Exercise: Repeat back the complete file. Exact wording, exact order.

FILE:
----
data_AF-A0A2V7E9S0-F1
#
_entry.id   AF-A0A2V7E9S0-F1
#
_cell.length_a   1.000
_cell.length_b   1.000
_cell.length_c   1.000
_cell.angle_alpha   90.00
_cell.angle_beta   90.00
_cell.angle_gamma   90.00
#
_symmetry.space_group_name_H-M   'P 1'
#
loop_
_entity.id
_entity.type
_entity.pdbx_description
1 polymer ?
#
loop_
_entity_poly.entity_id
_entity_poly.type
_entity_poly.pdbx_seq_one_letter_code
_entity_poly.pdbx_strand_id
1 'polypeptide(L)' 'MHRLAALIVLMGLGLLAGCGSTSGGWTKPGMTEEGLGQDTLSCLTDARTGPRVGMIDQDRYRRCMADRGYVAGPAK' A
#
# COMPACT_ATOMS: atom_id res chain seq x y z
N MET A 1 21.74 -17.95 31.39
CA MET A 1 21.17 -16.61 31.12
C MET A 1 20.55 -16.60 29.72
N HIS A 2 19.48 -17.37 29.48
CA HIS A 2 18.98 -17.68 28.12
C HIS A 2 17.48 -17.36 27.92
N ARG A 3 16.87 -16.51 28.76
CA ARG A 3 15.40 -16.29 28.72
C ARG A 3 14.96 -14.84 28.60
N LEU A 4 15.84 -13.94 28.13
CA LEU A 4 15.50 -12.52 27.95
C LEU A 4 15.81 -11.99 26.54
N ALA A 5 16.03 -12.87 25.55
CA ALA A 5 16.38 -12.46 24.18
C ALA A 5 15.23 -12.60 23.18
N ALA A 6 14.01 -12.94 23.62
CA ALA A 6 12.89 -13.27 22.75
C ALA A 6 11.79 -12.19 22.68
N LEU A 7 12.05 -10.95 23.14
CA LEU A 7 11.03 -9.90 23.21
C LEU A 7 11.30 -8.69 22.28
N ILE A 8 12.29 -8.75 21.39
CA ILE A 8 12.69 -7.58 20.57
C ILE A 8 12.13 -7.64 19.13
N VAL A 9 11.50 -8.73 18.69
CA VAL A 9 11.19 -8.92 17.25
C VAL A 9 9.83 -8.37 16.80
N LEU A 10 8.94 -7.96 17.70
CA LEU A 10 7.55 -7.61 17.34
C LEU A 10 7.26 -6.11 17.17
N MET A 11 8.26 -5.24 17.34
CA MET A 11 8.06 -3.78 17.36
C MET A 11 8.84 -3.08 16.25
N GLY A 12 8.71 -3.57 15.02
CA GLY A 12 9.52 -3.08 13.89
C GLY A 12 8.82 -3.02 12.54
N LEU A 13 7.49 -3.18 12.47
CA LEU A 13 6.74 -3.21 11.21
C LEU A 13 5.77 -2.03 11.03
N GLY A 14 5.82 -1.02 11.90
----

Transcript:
data_AF-A0A2V7E9S0-F1
#
_entry.id   AF-A0A2V7E9S0-F1
#
_cell.length_a   1.000
_cell.length_b   1.000
_cell.length_c   1.000
_cell.angle_alpha   90.00
_cell.angle_beta   90.00
_cell.angle_gamma   90.00
#
_symmetry.space_group_name_H-M   'P 1'
#
loop_
_entity.id
_entity.type
_entity.pdbx_description
1 polymer ?
#
loop_
_entity_poly.entity_id
_entity_poly.type
_entity_poly.pdbx_seq_one_letter_code
_entity_poly.pdbx_strand_id
1 'polypeptide(L)' 'MHRLAALIVLMGLGLLAGCGSTSGGWTKPGMTEEGLGQDTLSCLTDARTGPRVGMIDQDRYRRCMADRGYVAGPAK' A
#
# COMPACT_ATOMS: atom_id res chain seq x y z
N MET A 1 21.74 -17.95 31.39
CA MET A 1 21.17 -16.61 31.12
C MET A 1 20.55 -16.60 29.72
N HIS A 2 19.48 -17.37 29.48
CA HIS A 2 18.98 -17.68 28.12
C HIS A 2 17.48 -17.36 27.92
N ARG A 3 16.87 -16.51 28.76
CA ARG A 3 15.40 -16.29 28.72
C ARG A 3 14.96 -14.84 28.60
N LEU A 4 15.84 -13.94 28.13
CA LEU A 4 15.50 -12.52 27.95
C LEU A 4 15.81 -11.99 26.54
N ALA A 5 16.03 -12.87 25.55
CA ALA A 5 16.38 -12.46 24.18
C ALA A 5 15.23 -12.60 23.18
N ALA A 6 14.01 -12.94 23.62
CA ALA A 6 12.89 -13.27 22.75
C ALA A 6 11.79 -12.19 22.68
N LEU A 7 12.05 -10.95 23.14
CA LEU A 7 11.03 -9.90 23.21
C LEU A 7 11.30 -8.69 22.28
N ILE A 8 12.29 -8.75 21.39
CA ILE A 8 12.69 -7.58 20.57
C ILE A 8 12.13 -7.64 19.13
N VAL A 9 11.50 -8.73 18.69
CA VAL A 9 11.19 -8.92 17.25
C VAL A 9 9.83 -8.37 16.80
N LEU A 10 8.94 -7.96 17.70
CA LEU A 10 7.55 -7.61 17.34
C LEU A 10 7.26 -6.11 17.17
N MET A 11 8.26 -5.24 17.34
CA MET A 11 8.06 -3.78 17.36
C MET A 11 8.84 -3.08 16.25
N GLY A 12 8.71 -3.57 15.02
CA GLY A 12 9.52 -3.08 13.89
C GLY A 12 8.82 -3.02 12.54
N LEU A 13 7.49 -3.18 12.47
CA LEU A 13 6.74 -3.21 11.21
C LEU A 13 5.77 -2.03 11.03
N GLY A 14 5.82 -1.02 11.90